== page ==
• Badass in a Nice Suit: The Accountant wears a snazzy gold-colored suit jacket along with a matching gold combat vest and boots.
  • Beehive Barrier: The Accountant is protected by an energy shield of this style, which the player must either destroy or circumvent by bouncing projectiles around it to deal damage.
  • Black Helicopter: When you reach the roof of the building, the CEO of M-Corp will assault you from an attack helicopter, alternating between using a machine gun and dropping toxic gas canisters.
  • Boom, Headshot!: Shooting humanoid enemies in the head scores a critical hit. This is usually enough to drop them in a single shot.
  • Boring, but Practical: The pistol. While it does somewhat poor damage, it never runs out of ammunition, never needs to be reloaded, and is precise enough to be effective at longer ranges. You can also find replacements everywhere if you ever lose the one you started with.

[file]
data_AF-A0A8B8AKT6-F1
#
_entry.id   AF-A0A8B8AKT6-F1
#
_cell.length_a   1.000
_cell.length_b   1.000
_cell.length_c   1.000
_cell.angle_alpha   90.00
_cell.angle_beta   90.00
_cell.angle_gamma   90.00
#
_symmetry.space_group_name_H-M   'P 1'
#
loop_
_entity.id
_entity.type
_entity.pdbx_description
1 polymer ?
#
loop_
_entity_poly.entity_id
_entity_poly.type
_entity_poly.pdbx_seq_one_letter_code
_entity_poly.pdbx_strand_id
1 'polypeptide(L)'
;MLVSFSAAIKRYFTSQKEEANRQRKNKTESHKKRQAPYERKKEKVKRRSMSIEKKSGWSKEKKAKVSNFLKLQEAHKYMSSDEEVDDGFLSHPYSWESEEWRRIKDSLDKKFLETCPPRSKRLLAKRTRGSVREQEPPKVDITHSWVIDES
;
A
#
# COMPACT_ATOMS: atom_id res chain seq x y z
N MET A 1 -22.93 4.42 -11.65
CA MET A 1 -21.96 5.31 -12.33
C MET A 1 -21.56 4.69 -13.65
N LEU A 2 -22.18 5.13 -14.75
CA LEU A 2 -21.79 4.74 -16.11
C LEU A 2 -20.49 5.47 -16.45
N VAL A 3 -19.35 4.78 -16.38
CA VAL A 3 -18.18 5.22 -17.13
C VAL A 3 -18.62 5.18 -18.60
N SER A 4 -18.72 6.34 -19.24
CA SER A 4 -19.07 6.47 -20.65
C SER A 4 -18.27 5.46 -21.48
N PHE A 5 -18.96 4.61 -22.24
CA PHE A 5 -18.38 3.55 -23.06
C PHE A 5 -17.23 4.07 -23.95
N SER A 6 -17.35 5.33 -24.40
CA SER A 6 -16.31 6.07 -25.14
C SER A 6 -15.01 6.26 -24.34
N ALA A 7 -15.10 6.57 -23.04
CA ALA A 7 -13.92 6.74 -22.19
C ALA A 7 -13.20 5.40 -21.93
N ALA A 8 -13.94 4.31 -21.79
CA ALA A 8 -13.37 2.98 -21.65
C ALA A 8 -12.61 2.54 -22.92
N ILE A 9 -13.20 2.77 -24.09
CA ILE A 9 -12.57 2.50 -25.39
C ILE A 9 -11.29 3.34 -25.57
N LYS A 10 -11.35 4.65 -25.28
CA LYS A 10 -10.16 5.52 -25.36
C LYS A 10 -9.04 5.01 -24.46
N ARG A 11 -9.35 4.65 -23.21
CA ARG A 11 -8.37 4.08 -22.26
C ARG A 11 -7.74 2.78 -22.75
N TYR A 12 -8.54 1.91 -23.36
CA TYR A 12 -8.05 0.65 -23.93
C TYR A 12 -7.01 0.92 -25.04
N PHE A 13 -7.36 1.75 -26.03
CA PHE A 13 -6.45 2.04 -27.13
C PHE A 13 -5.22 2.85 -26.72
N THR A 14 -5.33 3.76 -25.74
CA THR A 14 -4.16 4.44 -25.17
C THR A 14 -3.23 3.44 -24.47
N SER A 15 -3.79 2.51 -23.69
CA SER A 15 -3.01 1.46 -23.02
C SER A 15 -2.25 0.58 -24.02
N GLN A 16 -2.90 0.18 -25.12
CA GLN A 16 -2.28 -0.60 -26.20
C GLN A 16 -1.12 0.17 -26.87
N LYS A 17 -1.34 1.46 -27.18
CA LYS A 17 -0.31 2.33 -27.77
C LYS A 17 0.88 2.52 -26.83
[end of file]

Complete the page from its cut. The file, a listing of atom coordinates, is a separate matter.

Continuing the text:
• Casual Danger Dialog: While the boss' taunts are anything but casual, at one point when you deal enough damage to his helicopter, he complains because you made him spill his wine.
  • Challenge Run: Mutators are available that change the way the game plays. One of them makes it so that all enemies die in one hit, but so does the player. As a reminder, this is a game with no checkpoints or save feature.
  • Check-Point Starvation: The game has no checkpoints or saving, meaning you have to complete it from start to finish in a single go. Of course, in the game's current state, that only takes an hour or so.